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Yes: Live At The Apollo

by Richard Lynch

It's always been about perpetual change with the English progressive rock band, Yes. So, it's pretty fitting that they would open their new CD and video release Live At The Apollo with their song of the same name. For a group celebrating their 50th year in the music biz it's also kind of strange that this is the first product they've ever delivered to the marketplace. What's that you say?

Captured in brilliant sound in front of an ecstatic audience Live at the Apollo makes a statement that Yes is still a force to be reckoned with. That fact in itself is quite remarkable given the drama of the past five decades. You see, this is actually the latest version of the group that was formed in 2016 when Jon Anderson, Trevor Rabin and Rick Wakeman combined their incredible talents and the heritage of Yes to take to the road for a series of concerts celebrating the band's musical legacy from the seventies to the nineties.

How you ask did we get to this remarkable moment that found the guys leading a Yes shaped quintet rounded out by Lee Pomeroy on bass and Lou Molino III on drums in front of a sold-out crowd at the UK's Manchester Apollo theater? Here's the condensed Cliff Notes version. The latest chapter in Yes history dates back to 2006 when the beloved long-term singer for the band Jon Anderson was by all accounts - on death's door. He had developed a chronic medical condition and needed to look after himself. Soon after, his bandmates Steve Howe, Chris Squire and the rest reformed first with replacement singers Benoit David. Next, the curiously named Jon Davison ascended to the role as if there was a begotten line straight to this coveted yet difficult to sustain position in rock.

For most of the time following his recovery and tentative dipping of his talented toe back into performing Jon Anderson would tell every interviewer who would listen - that he had a card up his sleeve. He had been having conversations with fellow Yes alumni Rick Wakeman and Trevor Rabin - the former the caped keyboardist with an air of mystery from the group's glorious early years. The latter the South African import who helped modernize the band's sound back in the eighties leading to the promised land of unprecedented radio and video success.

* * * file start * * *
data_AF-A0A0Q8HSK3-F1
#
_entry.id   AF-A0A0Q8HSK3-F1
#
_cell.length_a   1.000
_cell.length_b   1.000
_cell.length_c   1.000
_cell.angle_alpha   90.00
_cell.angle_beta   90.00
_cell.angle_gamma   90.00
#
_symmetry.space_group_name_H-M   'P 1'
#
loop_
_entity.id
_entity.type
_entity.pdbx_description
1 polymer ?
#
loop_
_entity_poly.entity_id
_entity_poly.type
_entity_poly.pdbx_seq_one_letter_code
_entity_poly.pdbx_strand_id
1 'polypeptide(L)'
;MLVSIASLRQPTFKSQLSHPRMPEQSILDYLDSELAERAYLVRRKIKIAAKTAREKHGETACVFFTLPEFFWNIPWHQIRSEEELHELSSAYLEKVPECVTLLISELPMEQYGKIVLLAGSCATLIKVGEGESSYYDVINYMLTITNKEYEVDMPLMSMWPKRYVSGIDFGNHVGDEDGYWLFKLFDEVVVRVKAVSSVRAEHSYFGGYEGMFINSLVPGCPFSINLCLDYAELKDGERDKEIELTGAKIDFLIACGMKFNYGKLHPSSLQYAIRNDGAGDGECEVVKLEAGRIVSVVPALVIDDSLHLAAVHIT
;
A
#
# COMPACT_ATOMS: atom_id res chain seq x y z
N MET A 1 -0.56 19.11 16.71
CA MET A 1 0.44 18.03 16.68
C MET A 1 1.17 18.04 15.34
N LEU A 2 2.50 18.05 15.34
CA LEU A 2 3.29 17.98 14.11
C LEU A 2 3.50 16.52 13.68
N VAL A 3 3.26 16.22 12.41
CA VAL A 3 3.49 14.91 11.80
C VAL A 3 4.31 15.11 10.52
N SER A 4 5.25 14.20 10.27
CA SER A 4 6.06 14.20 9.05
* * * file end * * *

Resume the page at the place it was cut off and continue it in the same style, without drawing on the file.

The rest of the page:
Now you're caught up. Except for the fact that beloved bassist and default leader of Yes Chris Squire passed away in 2015 leaving Steve Howe's version of the group with one less claim on the past. Still, here we are in the present where we have the first official product from ARW prominently featuring Jon Anderson, Trevor Rabin and Rick Wakeman as restored icons in the prog rock pantheon. Anderson sounds revived and the band gels into a powerful force with full bodied production that places Rabin's vocals and guitars along with Wakeman's keys satisfyingly high up in the mix.

From there they mine territory of the group's epic eras to fine effect. The first disc goes from strength to strength as "Hold On" heads into "I've Seen All Good People". The trend continues as the fan favorite "Lift Me Up" leads to the classic "And You & I". These types of musical pairings are something that other incarnation can't really do - so ARW Yes can offer more diversity pulling from every era of the catalogue. Whether or not they will be more daring remains to be seen as new recordings have been repeatedly talked about but have yet to emerge. Anderson, Rabin and Wakeman has fifty years of experience to call upon. We hope they can make a masterpiece. As Live At The Apollo showcases all the parts are there and the chemistry has kicked in. If I were them I would move heaven and earth to make a damned good album that will make prog and classic rocks fans say in unison yet again - "Yes".


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